Inside: Thinly-shaved squid, avocado, wasabi and tobiko

    Verdict: Good. Can’t go wrong since it’s basically all our favorite ingredients rolled into one.

    Extra bits: Pictured above is Bobby’s Chef D, who along with other six other females, are a part of Blue Dragon, which brings women from the countryside into professional kitchens in the city. They believe that by giving teaching them a trade and paying them a good wage it would help break the poverty cycle. Bobby Chinn also donates a percentage of his sales to Blue Dragon. We approve.

     Sauteed Frog A Hotpot of Goodies

    Hot Pot with Hanoi Hipsters

    Inside: What wasn’t inside!  Crispy frog legs, tofu, Xian greens, fried tofu skins, little fresh bamboo shoots, tomato, enoki mushrooms, greens.  It’s was if someone went down the line at a market and put one of each thing in their pot. Delicious as always. 

    Verdict: Hot pot, cold beers, and a group of good people make for fun times and soup facials.

    Extra bits: Our new friends took us to their favorite hot pot spot for lunch. The key is to know the order in which to add things. You don’t want to be gun happy and add all the ingredients as once, as some things take longer than others to cook.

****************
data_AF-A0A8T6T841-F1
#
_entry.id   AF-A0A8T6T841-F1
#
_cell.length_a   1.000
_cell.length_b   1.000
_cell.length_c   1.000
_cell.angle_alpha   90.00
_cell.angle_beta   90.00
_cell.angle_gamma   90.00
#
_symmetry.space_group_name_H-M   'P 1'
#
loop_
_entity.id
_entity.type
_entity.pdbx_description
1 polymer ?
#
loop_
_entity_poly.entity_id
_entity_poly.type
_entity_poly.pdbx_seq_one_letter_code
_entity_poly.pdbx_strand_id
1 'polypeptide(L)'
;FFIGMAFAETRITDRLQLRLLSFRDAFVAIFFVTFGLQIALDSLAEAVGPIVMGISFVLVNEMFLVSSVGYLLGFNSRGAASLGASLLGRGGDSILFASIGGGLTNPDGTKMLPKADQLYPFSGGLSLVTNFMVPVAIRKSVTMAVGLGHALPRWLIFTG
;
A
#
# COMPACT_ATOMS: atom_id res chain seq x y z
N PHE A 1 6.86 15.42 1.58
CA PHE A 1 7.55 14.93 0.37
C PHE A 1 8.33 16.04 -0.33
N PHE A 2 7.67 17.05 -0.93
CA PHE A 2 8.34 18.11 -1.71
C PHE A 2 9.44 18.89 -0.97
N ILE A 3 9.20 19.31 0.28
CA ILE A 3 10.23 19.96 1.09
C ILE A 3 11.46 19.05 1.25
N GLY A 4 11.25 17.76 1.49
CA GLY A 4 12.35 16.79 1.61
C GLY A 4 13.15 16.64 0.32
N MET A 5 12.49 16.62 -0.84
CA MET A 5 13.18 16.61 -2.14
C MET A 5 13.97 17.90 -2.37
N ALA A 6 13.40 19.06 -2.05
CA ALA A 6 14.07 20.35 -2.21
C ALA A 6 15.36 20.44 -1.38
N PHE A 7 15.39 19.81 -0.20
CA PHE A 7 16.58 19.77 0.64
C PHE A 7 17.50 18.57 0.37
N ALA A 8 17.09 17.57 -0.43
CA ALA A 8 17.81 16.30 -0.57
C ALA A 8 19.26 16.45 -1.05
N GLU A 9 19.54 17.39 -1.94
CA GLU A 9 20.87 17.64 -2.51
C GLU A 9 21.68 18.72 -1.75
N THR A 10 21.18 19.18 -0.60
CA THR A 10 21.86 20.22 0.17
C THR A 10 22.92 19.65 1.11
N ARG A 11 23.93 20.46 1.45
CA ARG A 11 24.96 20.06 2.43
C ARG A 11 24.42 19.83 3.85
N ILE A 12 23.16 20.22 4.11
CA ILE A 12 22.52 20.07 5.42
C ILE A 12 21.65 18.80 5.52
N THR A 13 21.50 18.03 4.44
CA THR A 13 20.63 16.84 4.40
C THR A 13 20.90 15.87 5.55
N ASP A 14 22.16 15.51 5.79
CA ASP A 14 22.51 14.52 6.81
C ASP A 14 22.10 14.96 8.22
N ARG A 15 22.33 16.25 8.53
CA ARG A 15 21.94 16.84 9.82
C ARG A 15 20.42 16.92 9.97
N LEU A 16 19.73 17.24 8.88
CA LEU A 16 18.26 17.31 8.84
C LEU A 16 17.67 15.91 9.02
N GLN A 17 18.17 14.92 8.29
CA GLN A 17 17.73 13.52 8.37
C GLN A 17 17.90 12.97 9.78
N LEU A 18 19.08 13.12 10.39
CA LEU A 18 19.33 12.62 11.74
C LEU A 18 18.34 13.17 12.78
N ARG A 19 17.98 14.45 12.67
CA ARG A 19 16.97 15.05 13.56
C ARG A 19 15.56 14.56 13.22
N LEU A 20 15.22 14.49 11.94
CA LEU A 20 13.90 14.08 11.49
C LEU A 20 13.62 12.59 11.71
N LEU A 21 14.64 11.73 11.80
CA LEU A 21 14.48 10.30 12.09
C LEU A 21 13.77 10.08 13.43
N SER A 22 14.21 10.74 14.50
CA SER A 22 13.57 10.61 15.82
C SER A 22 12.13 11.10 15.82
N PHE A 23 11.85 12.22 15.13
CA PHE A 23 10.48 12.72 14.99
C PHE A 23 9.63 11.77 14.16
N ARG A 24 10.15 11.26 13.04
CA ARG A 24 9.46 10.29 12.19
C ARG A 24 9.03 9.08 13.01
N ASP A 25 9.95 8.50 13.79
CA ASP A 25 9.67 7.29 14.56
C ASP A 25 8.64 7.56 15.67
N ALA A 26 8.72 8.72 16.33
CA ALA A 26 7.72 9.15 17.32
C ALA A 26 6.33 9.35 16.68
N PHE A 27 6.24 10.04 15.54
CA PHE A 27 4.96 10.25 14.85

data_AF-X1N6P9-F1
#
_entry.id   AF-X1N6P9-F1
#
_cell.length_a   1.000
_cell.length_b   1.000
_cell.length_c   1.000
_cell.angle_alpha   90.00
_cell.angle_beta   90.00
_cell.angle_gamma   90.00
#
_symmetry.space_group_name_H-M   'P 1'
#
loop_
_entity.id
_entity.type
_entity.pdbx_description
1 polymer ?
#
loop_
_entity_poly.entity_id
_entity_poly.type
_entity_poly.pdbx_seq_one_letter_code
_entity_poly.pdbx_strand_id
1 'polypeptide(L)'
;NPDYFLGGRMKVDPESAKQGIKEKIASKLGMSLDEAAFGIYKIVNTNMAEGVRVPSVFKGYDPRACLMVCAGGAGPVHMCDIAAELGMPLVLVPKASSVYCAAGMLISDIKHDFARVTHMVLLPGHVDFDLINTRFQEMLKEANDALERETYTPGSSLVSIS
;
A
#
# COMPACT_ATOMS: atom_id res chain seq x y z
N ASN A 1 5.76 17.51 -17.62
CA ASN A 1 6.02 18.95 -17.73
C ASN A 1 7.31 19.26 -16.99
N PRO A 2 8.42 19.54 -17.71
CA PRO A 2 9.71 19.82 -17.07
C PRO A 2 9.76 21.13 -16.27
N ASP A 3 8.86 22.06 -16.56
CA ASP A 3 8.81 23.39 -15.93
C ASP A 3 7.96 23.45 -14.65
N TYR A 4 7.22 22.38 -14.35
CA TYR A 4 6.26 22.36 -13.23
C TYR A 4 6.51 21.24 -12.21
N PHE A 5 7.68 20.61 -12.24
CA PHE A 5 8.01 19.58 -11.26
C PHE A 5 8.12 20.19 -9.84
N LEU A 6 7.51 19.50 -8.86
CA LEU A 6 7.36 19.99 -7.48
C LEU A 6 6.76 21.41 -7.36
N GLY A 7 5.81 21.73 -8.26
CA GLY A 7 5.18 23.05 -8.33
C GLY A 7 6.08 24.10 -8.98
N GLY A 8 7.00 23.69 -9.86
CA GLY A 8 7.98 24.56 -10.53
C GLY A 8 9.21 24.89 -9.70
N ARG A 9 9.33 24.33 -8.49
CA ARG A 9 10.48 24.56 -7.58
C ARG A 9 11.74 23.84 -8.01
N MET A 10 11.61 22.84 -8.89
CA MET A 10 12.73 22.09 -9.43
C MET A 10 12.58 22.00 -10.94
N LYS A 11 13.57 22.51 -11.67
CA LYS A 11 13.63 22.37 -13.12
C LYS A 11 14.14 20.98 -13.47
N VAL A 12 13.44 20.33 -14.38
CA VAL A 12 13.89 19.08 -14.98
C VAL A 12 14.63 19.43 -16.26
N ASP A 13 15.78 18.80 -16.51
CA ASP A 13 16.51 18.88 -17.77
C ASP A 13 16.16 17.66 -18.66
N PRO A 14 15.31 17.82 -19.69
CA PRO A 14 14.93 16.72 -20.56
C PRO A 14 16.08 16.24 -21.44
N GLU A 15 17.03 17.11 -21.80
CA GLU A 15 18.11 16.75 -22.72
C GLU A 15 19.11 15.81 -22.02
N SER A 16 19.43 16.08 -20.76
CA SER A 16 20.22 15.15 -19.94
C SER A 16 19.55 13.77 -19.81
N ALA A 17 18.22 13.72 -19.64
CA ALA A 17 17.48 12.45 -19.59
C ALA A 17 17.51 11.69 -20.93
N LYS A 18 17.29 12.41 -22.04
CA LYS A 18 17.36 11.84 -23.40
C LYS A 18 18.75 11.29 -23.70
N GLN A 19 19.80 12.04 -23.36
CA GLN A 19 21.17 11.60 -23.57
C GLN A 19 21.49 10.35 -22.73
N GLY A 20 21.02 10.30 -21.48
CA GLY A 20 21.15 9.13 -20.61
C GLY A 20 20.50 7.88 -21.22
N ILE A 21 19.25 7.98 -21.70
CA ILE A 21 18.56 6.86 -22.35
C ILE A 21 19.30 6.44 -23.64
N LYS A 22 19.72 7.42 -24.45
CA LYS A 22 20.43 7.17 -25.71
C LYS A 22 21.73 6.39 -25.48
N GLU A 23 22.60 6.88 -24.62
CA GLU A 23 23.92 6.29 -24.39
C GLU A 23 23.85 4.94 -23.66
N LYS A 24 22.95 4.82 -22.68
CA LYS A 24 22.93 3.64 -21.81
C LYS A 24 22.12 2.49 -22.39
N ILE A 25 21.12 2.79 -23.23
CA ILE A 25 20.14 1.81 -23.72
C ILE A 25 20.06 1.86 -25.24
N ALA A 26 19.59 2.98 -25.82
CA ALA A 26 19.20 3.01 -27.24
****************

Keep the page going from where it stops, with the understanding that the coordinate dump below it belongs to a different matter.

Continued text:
3. Scenes from Hanoi

    The West Lake

    It’s been six months since we were in Hanoi, the last city on our month-long tour of Vietnam.

    We suppose we’ve been procrastinating on these last recap blog posts because we didn’t want to accept that the journey was over.

    But it isn’t. We recently decided to go on another month-long trip to Vietnam late February/early March, this time concentrating on the Central and Northern regions, as well as a yet-to-be-determined city in China.

    And our relationships and memories still live on. While in Hanoi, we met up with the ever-so-talented Eric Wolfinger, whose photos we drooled over in the Tartine Bread book. He was on assignment for Charles Phan’s upcoming cookbook and we bonded over Cha Ca (Tumeric Fish with Dill) in between bites of the food and the clicks of our DSLRs.

    EW in Action

    Our first meeting turned into a 36-hour whirlwind of street food, games of Thirteen (a Vietnamese card game) at numerous cafes, and hours spent at streetside pubs — experiences we shared that influenced our Food and Wine photoshoot that we shot with him.

    Eric also introduced us to a couple of Hanoi hipsters that took us to Pho Cuon Alley, where we picked up the Beef Pho Roll dish we’ve been serving ever since we got back.